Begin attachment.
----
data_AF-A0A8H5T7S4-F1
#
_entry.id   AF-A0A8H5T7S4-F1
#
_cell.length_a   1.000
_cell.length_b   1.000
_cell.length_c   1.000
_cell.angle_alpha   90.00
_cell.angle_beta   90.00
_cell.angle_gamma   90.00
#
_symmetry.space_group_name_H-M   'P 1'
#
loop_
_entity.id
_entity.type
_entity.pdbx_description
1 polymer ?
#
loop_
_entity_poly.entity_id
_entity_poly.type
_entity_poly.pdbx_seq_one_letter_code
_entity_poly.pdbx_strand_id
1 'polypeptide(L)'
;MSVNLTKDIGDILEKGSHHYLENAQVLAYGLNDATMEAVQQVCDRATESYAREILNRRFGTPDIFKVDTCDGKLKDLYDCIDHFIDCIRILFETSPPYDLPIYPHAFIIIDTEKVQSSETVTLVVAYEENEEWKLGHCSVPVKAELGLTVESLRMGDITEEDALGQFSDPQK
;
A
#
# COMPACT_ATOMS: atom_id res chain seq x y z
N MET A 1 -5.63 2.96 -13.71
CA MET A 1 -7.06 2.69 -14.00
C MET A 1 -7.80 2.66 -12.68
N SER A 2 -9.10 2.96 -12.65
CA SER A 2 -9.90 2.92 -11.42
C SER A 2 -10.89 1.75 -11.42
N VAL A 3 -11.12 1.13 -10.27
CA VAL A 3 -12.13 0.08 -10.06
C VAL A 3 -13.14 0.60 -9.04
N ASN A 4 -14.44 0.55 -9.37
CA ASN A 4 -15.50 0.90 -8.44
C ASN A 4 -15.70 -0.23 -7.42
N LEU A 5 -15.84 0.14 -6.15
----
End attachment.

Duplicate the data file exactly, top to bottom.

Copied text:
data_AF-A0A8H5T7S4-F1
#
_entry.id   AF-A0A8H5T7S4-F1
#
_cell.length_a   1.000
_cell.length_b   1.000
_cell.length_c   1.000
_cell.angle_alpha   90.00
_cell.angle_beta   90.00
_cell.angle_gamma   90.00
#
_symmetry.space_group_name_H-M   'P 1'
#
loop_
_entity.id
_entity.type
_entity.pdbx_description
1 polymer ?
#
loop_
_entity_poly.entity_id
_entity_poly.type
_entity_poly.pdbx_seq_one_letter_code
_entity_poly.pdbx_strand_id
1 'polypeptide(L)'
;MSVNLTKDIGDILEKGSHHYLENAQVLAYGLNDATMEAVQQVCDRATESYAREILNRRFGTPDIFKVDTCDGKLKDLYDCIDHFIDCIRILFETSPPYDLPIYPHAFIIIDTEKVQSSETVTLVVAYEENEEWKLGHCSVPVKAELGLTVESLRMGDITEEDALGQFSDPQK
;
A
#
# COMPACT_ATOMS: atom_id res chain seq x y z
N MET A 1 -5.63 2.96 -13.71
CA MET A 1 -7.06 2.69 -14.00
C MET A 1 -7.80 2.66 -12.68
N SER A 2 -9.10 2.96 -12.65
CA SER A 2 -9.90 2.92 -11.42
C SER A 2 -10.89 1.75 -11.42
N VAL A 3 -11.12 1.13 -10.27
CA VAL A 3 -12.13 0.08 -10.06
C VAL A 3 -13.14 0.60 -9.04
N ASN A 4 -14.44 0.55 -9.37
CA ASN A 4 -15.50 0.90 -8.44
C ASN A 4 -15.70 -0.23 -7.42
N LEU A 5 -15.84 0.14 -6.15